nep-spo New Economics Papers
on Sports and Economics
Issue of 2015‒04‒11
four papers chosen by
João Carlos Correia Leitão
Universidade da Beira Interior

  1. Game, Set, and Match: Do Women and Men Perform Differently in Competitive Situations? By Jetter, Michael; Walker, Jay K.
  2. For the Love of the Game: The Length of Athletic Careers in Ivy League Sports and the Title IX Controversy By Douglas Coate; James Vanderhoff
  3. Do Fans Care about Compliance to Doping Regulations in Sports? The Impact of PED Suspension in Baseball By Cisyk, Jeffrey; Courty, Pascal
  4. Rank-Order Tournaments, Probability of Winning and Investing in Talent: Evidence from Champions League Qualifying Rules By Green, Colin P.; Lozano, Fernando A.; Simmons, Rob

  1. By: Jetter, Michael (Universidad EAFIT); Walker, Jay K. (Niagara University)
    Abstract: This paper analyzes potential gender differences in competitive environments using a sample of over 100,000 professional tennis matches. We focus on two phenomena of the labor and sports economics literature: the hot-hand and clutch-player effects. First, we find strong evidence for the hot-hand (cold-hand) effect. Every additional win in the most recent ten Tour matches raises the likelihood of prevailing in the current encounter by 3.1 (males) to 3.3 percentage points (females). Second, top male and female players are excelling in Grand Slam tournaments, arguably the most important events in tennis. For men, we also find evidence for top players winning more tie-breaks at Grand Slams. Overall, we find virtually no gender differences for the hot-hand effect and only minor distinctions for the clutch-player effect.
    Keywords: gender gap, competition, hot hand, clutch player, tennis
    JEL: J24 L83 D84
    Date: 2015–03
  2. By: Douglas Coate; James Vanderhoff
    Abstract: We present evidence on the length of athletic careers in a number of varsity sports for male and female athletes in the Ivy League. We argue that the number of years that these athletes choose to compete reflects their interest and commitment to their sport and is relevant to the Title IX controversy over the requirement that male and female varsity sports participation opportunities be proportional to their undergraduate enrollments. We find virtually no difference in the mean lengths of athletic careers by sport for male and female Ivy League athletes in basketball, soccer, golf, lacrosse, tennis, and cross country, 1999-2013.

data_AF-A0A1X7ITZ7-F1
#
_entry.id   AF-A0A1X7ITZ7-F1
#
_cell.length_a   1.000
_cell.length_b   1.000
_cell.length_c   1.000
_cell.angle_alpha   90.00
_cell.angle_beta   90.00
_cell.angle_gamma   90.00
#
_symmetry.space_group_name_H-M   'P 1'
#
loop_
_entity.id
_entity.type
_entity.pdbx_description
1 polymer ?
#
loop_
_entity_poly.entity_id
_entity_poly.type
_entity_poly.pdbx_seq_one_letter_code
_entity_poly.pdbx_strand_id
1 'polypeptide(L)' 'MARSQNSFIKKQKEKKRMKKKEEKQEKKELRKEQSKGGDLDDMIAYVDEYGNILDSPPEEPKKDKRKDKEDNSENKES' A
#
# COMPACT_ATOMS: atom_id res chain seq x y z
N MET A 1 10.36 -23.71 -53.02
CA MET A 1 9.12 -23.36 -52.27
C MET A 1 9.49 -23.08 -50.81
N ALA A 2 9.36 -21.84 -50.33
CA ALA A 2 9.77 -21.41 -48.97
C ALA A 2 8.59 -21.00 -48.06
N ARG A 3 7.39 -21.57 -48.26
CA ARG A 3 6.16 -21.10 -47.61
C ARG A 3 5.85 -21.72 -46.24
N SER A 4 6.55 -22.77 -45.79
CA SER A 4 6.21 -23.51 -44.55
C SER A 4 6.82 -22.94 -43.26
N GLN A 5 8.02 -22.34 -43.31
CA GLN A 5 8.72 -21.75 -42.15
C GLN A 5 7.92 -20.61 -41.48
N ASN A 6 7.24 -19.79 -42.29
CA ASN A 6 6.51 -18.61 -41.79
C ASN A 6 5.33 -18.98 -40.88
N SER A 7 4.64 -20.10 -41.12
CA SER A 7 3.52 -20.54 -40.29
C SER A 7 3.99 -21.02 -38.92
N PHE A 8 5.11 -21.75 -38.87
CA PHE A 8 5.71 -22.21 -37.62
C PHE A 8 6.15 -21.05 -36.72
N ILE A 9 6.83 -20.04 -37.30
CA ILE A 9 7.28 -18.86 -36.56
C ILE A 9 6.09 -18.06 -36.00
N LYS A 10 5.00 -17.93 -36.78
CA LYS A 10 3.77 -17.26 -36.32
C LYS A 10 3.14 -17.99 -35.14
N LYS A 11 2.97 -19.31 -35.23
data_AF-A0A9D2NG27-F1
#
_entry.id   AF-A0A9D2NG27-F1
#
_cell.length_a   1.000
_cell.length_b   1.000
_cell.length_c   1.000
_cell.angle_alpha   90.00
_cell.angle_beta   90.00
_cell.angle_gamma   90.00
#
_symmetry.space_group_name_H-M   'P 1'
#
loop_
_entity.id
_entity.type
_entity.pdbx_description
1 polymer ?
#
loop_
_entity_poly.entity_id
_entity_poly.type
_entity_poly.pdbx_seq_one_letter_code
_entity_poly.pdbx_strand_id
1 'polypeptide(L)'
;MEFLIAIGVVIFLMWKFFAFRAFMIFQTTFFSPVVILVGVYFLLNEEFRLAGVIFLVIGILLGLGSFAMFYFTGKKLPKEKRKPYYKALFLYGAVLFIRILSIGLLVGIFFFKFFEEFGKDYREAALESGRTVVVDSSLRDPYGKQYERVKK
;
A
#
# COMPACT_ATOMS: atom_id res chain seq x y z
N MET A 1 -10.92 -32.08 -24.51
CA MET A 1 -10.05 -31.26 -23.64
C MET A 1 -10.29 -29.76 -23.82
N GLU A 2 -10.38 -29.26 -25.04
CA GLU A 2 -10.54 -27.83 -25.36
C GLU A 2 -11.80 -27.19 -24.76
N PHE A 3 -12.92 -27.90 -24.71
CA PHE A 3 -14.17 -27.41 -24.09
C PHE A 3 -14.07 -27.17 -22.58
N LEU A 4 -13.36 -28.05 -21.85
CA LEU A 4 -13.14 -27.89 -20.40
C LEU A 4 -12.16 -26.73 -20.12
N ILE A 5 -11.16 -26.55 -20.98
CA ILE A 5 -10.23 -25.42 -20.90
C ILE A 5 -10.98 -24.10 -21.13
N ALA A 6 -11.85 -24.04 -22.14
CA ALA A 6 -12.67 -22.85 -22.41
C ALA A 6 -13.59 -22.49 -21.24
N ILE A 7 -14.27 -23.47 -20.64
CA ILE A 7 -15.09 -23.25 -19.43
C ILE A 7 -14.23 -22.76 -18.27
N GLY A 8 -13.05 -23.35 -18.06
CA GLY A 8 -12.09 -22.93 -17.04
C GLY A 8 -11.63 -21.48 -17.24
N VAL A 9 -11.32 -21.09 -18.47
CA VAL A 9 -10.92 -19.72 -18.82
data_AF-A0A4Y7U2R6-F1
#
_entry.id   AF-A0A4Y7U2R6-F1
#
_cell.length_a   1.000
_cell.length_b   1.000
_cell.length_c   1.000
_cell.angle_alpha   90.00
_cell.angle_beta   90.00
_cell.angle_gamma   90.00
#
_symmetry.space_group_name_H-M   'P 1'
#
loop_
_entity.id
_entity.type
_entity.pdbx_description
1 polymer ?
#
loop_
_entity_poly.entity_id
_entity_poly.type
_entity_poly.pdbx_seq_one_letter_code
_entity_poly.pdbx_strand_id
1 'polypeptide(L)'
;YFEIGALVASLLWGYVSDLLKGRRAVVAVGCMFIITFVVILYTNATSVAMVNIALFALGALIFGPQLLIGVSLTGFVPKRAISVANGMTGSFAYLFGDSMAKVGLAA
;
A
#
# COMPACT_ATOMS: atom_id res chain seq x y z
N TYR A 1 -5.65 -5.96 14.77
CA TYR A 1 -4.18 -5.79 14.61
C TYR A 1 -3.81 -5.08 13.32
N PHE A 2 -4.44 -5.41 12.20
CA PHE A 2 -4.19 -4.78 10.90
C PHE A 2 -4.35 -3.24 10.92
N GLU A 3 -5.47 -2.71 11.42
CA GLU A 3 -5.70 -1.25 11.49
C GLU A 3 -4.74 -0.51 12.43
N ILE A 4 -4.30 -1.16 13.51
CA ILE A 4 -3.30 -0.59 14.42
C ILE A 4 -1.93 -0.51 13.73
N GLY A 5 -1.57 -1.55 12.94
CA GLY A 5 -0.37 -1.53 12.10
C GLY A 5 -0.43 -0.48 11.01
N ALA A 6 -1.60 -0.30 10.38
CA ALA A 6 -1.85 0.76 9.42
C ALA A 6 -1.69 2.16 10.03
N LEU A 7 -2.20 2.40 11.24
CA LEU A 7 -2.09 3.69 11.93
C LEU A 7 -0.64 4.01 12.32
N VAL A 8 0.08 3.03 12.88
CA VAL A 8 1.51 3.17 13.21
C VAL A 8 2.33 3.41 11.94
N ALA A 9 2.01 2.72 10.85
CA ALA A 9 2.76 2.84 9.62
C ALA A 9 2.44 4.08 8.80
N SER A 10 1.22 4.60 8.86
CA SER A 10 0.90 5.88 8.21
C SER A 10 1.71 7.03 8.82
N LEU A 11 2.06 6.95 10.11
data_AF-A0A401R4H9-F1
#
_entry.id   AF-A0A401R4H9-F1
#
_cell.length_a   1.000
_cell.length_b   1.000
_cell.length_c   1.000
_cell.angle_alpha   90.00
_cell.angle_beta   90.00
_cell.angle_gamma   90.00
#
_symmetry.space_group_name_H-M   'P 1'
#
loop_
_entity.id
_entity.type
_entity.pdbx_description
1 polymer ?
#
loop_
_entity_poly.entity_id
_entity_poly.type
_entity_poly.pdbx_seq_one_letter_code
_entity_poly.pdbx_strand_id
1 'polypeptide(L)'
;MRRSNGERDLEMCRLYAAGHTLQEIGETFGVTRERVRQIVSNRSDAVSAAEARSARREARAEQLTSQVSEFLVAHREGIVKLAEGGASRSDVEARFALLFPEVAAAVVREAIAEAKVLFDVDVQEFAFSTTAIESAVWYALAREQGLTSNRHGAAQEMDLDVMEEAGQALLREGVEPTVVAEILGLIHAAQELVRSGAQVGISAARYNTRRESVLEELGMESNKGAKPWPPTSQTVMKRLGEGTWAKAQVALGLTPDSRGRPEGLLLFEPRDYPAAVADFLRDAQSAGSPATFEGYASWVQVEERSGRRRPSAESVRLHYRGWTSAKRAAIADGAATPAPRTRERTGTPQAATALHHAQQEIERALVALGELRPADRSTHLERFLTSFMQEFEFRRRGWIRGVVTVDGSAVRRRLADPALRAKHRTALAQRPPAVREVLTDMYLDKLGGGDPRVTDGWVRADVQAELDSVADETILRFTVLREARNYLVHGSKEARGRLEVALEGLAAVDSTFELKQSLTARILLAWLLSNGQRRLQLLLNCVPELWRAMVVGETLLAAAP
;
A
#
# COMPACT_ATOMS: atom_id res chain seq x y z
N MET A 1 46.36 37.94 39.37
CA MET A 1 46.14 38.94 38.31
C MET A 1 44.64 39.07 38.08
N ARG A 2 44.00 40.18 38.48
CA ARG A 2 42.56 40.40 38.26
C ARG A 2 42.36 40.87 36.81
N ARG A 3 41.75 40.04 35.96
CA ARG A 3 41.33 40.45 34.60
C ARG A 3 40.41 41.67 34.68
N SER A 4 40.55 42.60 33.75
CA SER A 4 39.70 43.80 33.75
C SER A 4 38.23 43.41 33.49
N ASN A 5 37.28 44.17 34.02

Keywords: sports economics, Title IX
    JEL: I28 J16 K23
    Date: 2015–03
  3. By: Cisyk, Jeffrey; Courty, Pascal
    Abstract: There is little evidence in support of the main economic rationale for regulating athletic doping: that doping reduces fan interest. The introduction of random testing for performance-enhancing drugs (PED) by Major League Baseball (MLB) offers unique data to investigate the issue. The announcement of a PED violation: (a) initially reduces home-game attendance by 8 percent, (b) has no impact on home-game attendance after 12 days, and (c) has a small negative impact on the game attendance for other MLB teams. A lower bound for the cost of a PED violation to a team is $451K. This is the first systematic evidence that doping decreases consumer demand for sporting events.
    Keywords: baseball; demand estimation; doping; performance enhancing drug
    JEL: D01 L83
    Date: 2015–04
  4. By: Green, Colin P. (Lancaster University); Lozano, Fernando A. (Pomona College); Simmons, Rob (Lancaster University)
    Abstract: We analyse how a change in the probability of winning a tournament affects an agent's effort using the qualification rules for entry into the group and playoff stages of the UEFA Champions' League. Our results suggest that increasing the number of slots that a national league gets in the Champions' League leads to increases in investment in talent ex ante. This effect is largest among the teams that in the previous season just failed to qualify. This suggests that changes in prize structure leads to changes in investment decisions amongst those clubs most affected at the margin. However, we also find that incumbent teams that have already qualified for the Champions' League simultaneously raise their efforts, consistent with the occurrence of an arms race among top European football teams.
    Keywords: tournaments, UEFA Champions League
    JEL: M5
    Date: 2015–03

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